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17th Century Tokens : Kilkhampton-Launceston in Cornwall

W Numbers refer to Williamson's  Trade Tokens Issued in the Seventeenth Century in England, Wales and Ireland, (1891)

See also other Counties issuing 17th Century Tokens

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W21: Cornwall, Kilkhampton (Farthing): (1667)
O  I C conjoined
IOHN COVRTIS 1667 I C
R  IN CORNWALL
OF KILKHAMPTON IN CORNWALL
Image not available
John Courtis, mercer, of Kilkhampton, died in 1705, at the age of 65, and is commemorated by a stately monument in Kilkhampton Church. He was probably the issuer.
W22: Cornwall, Launceston (Farthing): (Date Unknown)
O  The Mercers' Arms
DEGORY BEWES OF SANT
R  D B
STEPHENS LANCESTON D B
Image not available
W23: Cornwall, Launceston (Farthing): (1659)
O  Three Castles
THOMAS BEWES
R  T B
IN LANCESTON 59 T B
Image not available
The issuers of the two preceding tokens were members of the family Bewes, now represented by the Rev. T. A. Bewes, of Plymouth. Thomas Bewes is described as "gent." on the monument of his daughter, Chesten, wife of William Stokes. He was Mayor of Launceston in 1663, and again in 1673, 1680, 1687, and 1694; while John Bewes, who also held the office several times, was first elected in 1682. St. Stephens, though now part of Launceston Parliamentary Borough, until 1832 comprised the independent borough of Newport, for which see post. The castles are not the arms of the Bewes, but are probably intended for those of Launceston.
W24: Cornwall, Launceston (Farthing): (Date Unknown)
O  The Chandlers' Arms
OSSOLD KINGDON
R  O K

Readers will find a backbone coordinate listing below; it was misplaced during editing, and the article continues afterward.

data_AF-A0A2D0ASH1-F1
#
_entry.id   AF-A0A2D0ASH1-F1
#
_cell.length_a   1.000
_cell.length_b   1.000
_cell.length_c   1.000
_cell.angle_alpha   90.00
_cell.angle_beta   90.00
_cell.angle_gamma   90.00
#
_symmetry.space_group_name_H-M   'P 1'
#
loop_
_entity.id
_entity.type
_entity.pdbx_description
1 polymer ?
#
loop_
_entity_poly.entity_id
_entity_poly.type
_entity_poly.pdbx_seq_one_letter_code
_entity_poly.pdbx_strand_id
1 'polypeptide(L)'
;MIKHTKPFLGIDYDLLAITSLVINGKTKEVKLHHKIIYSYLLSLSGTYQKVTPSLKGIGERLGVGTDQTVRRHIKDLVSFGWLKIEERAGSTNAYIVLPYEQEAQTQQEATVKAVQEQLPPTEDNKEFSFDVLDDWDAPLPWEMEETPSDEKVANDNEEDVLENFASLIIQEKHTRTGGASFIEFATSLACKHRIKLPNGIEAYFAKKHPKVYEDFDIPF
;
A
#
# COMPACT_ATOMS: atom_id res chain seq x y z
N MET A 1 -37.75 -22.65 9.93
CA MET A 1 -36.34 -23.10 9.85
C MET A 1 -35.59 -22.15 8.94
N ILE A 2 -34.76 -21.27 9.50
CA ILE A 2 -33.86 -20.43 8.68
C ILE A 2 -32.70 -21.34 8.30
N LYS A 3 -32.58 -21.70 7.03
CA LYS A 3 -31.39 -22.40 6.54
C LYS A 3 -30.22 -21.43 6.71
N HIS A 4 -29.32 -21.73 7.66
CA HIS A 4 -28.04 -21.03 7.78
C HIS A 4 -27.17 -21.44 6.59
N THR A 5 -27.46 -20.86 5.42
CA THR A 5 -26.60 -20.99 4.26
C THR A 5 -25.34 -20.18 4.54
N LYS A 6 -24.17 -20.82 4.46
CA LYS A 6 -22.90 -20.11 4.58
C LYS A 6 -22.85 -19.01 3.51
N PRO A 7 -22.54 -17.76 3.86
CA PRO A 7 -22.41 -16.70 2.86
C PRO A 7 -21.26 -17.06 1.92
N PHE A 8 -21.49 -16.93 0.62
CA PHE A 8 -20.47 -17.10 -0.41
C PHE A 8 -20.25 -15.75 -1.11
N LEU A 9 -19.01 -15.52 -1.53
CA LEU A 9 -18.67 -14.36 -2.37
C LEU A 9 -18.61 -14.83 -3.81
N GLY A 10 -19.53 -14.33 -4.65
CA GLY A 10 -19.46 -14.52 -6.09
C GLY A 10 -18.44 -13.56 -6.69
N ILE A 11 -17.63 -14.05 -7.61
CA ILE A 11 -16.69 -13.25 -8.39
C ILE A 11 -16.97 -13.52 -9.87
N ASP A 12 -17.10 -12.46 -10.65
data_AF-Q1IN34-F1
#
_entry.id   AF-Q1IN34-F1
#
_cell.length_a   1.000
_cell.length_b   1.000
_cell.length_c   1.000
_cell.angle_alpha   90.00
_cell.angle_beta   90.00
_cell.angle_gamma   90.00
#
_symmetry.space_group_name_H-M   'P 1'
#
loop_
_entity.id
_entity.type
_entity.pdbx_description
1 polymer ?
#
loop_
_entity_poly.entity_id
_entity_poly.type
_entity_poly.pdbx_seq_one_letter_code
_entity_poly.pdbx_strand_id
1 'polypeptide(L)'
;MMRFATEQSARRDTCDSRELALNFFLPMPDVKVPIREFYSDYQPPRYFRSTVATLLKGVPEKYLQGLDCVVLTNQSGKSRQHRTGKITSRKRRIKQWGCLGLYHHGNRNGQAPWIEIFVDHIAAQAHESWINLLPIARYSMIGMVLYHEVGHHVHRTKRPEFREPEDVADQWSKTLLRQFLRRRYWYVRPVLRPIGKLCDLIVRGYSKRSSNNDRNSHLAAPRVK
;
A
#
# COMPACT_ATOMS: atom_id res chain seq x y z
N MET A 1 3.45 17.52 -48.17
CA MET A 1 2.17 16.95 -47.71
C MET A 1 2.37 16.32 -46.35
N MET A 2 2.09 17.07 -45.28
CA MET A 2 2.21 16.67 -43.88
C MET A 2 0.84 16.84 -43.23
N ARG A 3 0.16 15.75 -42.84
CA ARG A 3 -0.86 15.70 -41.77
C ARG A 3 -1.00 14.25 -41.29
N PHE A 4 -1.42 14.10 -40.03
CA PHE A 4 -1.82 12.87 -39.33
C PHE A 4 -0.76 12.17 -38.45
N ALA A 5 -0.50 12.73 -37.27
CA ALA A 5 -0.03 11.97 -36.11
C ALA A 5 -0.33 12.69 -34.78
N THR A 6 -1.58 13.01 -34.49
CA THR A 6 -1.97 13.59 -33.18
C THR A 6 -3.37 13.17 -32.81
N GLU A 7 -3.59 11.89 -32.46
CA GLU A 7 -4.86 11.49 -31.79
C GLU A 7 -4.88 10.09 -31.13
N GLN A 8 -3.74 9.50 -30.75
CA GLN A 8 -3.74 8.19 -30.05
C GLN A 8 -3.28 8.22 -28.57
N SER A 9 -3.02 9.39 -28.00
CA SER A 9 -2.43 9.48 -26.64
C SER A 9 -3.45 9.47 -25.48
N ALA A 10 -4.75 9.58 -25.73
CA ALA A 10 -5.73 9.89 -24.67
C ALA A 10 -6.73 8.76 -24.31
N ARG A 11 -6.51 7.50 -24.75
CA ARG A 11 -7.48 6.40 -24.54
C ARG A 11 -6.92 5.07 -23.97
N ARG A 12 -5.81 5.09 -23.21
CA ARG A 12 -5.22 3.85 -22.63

OF LAUNCESTON O K
Image not available
W25: Cornwall, Launceston (Farthing): (Date Unknown)
O  The Haberdashers' Arms
RICH KINGDOME
R  R K
OF LANCESTON R K
Image not available
Though the name is spelt differently, the issuers of these two tokens belonged to the same family--the Kingdons of Trehunsey, in Quethiock, and Trenowth, in St. Cleer.

Oswald Kingdon was a gentleman of large fortune, who owned a great part of the land within the borough. He was three times mayor--1661, 1670, 1677--an office which his father, Oswald, had held before him. His son, Richard Kingdon, carried on business in Launceston and Boscastle, where he owned many ships. He was also three times mayor. A daughter of Richard Kingdon married Langford Frost, from whom descends the family of Frost now living in Launceston and Saltash.

There is an entry in the Launceston borough records in 1643-4 of a claim of William Noble, "2 li. of shott to make tookens, and for stamping them, 1s. 6d." Whatever these tokens may have been, none of them seem to be preserved.

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